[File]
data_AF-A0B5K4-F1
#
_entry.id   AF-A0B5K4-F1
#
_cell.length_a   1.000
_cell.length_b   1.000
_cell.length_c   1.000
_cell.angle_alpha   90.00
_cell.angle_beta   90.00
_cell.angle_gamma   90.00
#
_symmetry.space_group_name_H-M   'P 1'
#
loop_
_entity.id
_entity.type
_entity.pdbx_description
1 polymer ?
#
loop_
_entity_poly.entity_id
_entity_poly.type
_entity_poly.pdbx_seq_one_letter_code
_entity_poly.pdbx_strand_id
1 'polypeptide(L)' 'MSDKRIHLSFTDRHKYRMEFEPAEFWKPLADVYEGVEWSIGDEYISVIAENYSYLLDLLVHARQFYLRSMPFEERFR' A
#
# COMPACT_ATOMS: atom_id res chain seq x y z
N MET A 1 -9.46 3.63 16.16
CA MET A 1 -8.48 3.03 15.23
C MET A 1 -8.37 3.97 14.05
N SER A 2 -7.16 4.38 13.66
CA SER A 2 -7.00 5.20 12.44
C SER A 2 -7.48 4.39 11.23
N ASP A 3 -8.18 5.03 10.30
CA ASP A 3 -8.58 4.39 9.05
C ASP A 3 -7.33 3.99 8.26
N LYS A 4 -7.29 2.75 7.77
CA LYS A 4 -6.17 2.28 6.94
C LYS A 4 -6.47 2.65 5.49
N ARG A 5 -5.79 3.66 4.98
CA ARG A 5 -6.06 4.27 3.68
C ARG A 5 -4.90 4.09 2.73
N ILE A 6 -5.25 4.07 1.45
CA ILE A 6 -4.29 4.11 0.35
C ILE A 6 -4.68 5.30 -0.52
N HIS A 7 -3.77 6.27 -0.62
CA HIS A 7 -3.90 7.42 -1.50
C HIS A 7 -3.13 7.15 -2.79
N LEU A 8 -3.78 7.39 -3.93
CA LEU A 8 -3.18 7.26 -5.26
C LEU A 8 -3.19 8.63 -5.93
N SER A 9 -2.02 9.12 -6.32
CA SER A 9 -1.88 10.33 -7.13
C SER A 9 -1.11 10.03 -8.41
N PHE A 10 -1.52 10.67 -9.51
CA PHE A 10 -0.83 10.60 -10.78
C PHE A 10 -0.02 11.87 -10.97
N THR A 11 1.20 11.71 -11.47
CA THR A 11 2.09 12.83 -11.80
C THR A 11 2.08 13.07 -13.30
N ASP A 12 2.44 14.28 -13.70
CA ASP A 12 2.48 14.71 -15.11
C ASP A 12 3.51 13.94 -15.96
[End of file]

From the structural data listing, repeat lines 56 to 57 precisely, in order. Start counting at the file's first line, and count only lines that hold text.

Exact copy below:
CA PHE A 10 -0.83 10.60 -10.78
C PHE A 10 -0.02 11.87 -10.97